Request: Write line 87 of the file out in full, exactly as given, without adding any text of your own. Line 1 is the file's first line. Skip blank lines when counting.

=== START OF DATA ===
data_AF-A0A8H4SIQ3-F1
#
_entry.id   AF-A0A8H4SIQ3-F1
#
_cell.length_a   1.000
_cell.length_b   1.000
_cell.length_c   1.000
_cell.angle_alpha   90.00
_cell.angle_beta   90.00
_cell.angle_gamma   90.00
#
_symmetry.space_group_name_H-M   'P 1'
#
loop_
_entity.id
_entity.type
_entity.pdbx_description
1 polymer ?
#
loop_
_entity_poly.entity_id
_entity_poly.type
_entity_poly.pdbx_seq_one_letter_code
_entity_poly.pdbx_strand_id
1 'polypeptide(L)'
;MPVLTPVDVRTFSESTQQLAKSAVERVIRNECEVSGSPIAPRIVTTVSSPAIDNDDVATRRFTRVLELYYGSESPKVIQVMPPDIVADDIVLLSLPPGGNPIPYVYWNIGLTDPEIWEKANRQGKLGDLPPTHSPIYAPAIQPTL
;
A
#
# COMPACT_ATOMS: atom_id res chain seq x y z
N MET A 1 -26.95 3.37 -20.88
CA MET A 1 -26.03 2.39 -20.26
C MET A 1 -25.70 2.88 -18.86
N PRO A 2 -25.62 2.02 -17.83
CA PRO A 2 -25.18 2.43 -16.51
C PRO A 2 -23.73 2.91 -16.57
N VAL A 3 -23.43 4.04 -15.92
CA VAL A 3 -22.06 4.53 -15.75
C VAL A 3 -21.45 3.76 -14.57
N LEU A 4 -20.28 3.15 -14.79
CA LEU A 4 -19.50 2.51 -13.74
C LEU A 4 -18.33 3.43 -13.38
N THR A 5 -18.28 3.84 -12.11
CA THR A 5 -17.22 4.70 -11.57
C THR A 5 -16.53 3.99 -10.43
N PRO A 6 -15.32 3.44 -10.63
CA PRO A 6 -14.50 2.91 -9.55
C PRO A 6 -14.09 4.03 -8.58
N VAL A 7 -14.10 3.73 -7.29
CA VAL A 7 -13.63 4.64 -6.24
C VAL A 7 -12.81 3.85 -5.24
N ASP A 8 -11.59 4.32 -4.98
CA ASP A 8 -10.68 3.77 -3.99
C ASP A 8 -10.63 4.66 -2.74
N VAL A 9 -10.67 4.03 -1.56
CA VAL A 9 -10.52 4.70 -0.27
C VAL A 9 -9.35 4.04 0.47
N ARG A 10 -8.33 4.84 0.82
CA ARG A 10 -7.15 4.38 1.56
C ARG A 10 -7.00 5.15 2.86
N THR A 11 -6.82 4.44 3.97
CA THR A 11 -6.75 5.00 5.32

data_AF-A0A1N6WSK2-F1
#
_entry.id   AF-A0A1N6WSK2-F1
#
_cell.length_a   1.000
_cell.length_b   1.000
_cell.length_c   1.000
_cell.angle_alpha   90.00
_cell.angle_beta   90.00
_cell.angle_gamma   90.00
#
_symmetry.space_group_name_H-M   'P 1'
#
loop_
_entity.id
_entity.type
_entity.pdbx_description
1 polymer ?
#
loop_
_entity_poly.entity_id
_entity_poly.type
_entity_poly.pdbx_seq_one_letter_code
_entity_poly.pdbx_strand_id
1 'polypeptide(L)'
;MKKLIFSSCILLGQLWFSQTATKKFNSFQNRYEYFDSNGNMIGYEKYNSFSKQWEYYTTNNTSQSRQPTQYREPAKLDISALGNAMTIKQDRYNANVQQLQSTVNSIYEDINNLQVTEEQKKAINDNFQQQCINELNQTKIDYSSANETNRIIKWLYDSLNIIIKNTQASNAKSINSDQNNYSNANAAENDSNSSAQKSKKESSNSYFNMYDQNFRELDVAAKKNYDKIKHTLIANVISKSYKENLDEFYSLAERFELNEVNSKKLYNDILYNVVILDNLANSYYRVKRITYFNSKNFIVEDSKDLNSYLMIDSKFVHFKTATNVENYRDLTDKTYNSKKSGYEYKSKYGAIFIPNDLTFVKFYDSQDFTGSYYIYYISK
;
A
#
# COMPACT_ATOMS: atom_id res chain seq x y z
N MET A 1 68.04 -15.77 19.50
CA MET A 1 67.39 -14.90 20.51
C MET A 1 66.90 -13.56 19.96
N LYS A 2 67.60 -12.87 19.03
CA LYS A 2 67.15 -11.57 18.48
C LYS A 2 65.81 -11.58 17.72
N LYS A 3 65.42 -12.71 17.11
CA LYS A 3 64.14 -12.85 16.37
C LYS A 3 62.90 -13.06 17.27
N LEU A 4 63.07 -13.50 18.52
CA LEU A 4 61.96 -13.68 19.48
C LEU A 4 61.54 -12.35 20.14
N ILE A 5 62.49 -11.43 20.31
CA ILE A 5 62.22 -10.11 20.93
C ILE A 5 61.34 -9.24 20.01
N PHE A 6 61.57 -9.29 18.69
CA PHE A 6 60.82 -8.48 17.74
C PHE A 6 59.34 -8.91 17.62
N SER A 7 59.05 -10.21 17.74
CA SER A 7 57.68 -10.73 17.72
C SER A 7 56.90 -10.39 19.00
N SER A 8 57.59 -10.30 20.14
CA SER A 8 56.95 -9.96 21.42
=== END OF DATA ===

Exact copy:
1 'polypeptide(L)'